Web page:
Researchers develop an effective tool for reducing mammalian predation at nests of critically endangered Florida Grasshopper Sparrows


Predation is a common cause of nest failure for many birds, but sometimes predation rates can be high enough to warrant action by managers tasked with protecting imperiled species. Discovering new ways to prevent or decrease predation may be a critical step towards recovering endangered populations. New research just published in The Journal of Field Ornithology reveals how the installation of predator exclusion fences at the nests of critically endangered Florida Grasshopper Sparrows substantially decreased predation by mammals. Researchers hope that increasing nest survival rates with fences will contribute towards the recovery of this endemic songbird.

Nest-level predator exclosures have been shown to be effective at increasing reproductive success in many shorebird and duck species. However, installing predator exclosures is intrusive and can lead to nest abandonment or adult mortality. These impacts can counteract potential increases in reproductive success and new predator exclusion methods should be carefully evaluated with each study population to assess their safety and effectiveness.

To test whether predator exclosures would safely and effectively reduce predation rates at nests of ground-nesting Florida Grasshopper Sparrows, Erin Hewett Ragheb and a team of colleagues from the Florida Fish and Wildlife Conservation Commission designed an open-topped perimeter fence (hereafter, fence) of hardware cloth approximately 60 cm tall with a 15 m diameter. They then observed breeding adults to make sure that they accepted the fences. Nest cameras installed at each nest then documented nest fates and identified any predators. Fences were installed at Florida Grasshopper Sparrow nests at the two largest remaining study populations: one with native dry prairie and one with cattle pasture.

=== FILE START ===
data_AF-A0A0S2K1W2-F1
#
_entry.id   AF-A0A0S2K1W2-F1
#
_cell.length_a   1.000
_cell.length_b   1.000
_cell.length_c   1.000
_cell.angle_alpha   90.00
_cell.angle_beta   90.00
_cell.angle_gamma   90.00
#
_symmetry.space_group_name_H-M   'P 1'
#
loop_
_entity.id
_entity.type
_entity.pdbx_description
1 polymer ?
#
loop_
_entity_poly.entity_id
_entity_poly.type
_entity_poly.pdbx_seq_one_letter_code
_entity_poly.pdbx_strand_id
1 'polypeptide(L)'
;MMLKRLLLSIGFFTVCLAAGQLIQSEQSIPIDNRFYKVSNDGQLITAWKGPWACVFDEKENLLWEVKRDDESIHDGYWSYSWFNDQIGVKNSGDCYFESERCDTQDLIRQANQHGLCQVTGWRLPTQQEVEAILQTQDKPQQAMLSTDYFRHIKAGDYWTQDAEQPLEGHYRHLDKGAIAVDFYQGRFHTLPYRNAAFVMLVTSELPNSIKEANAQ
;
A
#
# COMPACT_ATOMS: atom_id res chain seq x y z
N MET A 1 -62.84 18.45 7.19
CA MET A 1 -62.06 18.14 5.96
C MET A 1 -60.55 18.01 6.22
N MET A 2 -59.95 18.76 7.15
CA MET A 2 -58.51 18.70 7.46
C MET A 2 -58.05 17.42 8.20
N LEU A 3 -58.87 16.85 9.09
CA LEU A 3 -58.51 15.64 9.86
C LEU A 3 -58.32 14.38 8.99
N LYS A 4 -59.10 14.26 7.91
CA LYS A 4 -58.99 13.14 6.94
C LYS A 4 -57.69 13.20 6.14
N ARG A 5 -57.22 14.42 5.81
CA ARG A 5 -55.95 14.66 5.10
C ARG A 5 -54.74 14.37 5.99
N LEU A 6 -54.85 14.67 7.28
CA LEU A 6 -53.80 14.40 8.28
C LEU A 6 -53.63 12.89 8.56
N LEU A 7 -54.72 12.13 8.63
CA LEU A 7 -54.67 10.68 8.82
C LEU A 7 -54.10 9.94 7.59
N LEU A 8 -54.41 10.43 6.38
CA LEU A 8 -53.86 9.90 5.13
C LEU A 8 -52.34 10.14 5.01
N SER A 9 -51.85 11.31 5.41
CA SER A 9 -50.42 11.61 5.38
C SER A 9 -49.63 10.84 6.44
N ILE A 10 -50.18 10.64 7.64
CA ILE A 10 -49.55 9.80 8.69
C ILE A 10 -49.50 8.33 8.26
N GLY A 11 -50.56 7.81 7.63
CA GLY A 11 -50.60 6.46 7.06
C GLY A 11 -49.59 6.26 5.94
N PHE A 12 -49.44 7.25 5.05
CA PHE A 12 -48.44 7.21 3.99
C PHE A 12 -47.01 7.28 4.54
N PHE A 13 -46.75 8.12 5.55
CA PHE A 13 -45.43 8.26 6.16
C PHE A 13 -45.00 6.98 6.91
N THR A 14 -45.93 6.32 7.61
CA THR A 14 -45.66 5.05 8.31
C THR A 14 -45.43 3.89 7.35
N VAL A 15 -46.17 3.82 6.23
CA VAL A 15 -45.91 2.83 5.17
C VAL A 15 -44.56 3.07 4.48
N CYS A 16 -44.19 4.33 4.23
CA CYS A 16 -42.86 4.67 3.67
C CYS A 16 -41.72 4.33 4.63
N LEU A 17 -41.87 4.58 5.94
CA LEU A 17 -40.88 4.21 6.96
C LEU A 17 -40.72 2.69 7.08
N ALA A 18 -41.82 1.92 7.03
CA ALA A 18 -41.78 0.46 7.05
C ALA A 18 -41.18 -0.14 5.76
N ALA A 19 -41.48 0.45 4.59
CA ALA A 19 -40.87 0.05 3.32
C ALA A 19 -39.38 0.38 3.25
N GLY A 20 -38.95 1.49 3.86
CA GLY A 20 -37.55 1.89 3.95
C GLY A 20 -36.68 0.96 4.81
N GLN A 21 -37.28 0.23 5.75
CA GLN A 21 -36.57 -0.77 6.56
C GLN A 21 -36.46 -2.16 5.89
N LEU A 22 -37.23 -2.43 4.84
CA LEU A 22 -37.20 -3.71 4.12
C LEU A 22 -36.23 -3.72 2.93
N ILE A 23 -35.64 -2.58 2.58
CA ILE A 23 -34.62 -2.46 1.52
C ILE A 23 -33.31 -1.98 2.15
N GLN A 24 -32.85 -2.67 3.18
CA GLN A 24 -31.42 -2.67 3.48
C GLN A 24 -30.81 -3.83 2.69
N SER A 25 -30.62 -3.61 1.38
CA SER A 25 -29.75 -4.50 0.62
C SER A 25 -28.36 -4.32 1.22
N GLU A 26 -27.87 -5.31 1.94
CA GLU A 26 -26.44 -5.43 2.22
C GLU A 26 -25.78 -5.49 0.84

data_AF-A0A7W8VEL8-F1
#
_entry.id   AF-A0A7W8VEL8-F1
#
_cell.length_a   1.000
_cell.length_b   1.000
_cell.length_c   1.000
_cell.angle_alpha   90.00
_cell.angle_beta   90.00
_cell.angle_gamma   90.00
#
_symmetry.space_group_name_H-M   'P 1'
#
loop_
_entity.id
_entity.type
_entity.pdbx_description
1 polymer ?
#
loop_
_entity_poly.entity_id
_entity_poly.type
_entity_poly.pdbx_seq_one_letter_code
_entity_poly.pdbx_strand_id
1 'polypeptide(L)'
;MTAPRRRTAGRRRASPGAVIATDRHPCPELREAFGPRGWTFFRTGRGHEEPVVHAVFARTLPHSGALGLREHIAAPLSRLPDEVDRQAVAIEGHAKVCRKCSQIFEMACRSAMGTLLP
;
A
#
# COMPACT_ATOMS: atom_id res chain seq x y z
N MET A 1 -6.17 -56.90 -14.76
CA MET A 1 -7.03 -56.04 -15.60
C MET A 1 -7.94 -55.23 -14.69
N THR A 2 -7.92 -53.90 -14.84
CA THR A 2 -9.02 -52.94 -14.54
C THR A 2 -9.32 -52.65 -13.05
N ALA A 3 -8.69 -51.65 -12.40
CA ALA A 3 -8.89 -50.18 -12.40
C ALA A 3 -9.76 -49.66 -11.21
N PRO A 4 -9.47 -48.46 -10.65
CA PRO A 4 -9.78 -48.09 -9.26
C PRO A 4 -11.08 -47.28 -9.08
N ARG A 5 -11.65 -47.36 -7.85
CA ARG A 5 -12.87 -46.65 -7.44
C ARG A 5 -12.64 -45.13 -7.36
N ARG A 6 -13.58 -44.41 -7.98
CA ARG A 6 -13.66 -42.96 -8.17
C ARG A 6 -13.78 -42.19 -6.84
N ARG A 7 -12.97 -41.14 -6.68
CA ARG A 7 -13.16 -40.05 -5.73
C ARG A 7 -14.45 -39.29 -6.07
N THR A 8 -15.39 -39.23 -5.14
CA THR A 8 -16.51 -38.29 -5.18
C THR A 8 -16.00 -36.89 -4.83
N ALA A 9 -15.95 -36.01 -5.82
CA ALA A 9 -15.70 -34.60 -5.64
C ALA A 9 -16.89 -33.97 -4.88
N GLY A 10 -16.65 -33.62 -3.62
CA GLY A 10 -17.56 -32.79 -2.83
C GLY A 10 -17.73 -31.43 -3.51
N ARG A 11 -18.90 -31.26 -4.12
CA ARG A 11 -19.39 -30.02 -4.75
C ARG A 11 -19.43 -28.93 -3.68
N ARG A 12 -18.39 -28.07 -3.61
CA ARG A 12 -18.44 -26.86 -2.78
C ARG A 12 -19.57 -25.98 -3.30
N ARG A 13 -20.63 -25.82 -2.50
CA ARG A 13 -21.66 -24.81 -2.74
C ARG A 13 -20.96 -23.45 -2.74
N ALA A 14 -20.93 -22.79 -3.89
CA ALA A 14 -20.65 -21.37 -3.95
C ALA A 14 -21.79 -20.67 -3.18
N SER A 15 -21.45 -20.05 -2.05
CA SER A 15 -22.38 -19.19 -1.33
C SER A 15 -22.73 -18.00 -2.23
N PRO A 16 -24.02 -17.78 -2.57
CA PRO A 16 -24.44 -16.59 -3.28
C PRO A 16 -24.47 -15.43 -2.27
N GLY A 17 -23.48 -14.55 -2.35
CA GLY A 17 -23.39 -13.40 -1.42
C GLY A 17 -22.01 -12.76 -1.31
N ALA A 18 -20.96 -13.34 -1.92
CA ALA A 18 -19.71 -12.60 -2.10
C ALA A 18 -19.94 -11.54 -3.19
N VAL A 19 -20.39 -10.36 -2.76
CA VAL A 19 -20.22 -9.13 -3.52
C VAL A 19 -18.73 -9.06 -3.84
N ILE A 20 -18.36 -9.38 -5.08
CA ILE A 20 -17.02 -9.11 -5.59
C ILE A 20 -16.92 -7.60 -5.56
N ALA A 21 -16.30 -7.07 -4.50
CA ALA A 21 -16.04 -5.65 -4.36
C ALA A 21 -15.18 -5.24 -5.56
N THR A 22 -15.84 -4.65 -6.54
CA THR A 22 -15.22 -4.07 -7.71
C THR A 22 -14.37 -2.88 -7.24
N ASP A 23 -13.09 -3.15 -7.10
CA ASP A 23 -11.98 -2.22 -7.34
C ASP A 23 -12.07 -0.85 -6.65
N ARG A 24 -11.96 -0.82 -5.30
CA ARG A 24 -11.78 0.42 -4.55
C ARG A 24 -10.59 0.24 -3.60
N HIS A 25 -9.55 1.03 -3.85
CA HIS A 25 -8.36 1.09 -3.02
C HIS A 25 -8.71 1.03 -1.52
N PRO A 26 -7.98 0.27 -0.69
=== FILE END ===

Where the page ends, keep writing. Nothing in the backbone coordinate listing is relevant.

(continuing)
Florida Grasshopper sparrow atop nest exclosure. Photo by Juan Oteyza.


The fences were effective at the dry prairie site and the probability that a fenced nest survived from discovery to fledging was more than double that of unfenced nests (60.4% vs. 27.7%). Fences were accepted by breeding adults at 129 of 130 fence installations and abandonment rates were low and equal to unfenced nests. Cameras revealed that the primary predators in the dry prairie site were medium-sized mammals and snakes and the fences effectively reduced mammalian predation. The improvement in nest survival was estimated to produce ca. 115 additional Florida Grasshopper Sparrows during the four years of this study (2015-2018).

Despite success at the dry prairie site, fences did not appear to improve nest survival at the pasture site. Red imported fire ants were responsible for 86% of predation events at fenced nests at the pasture site.  Because ants can easily access fenced nests, there is an urgent need to continue research on methods to reduce ant predation at this site. However, for sites where mammals are the most common predators, predator exclusion fences have potential to contribute to population recovery of Florida Grasshopper Sparrows and the technique may be useful for other imperiled grassland passerines.


This research was recently published in the Journal of Field Ornithology:

Hewett Ragheb, E. L., K. E. Miller, and E. Hoerl Leone. 2019. Exclosure fences around nests of imperiled Florida Grasshopper Sparrows reduce rates of predation by mammals. Journal of Field Ornithology


Guest post by:

Erin Ragheb
Florida Fish and Wildlife Conservation Commission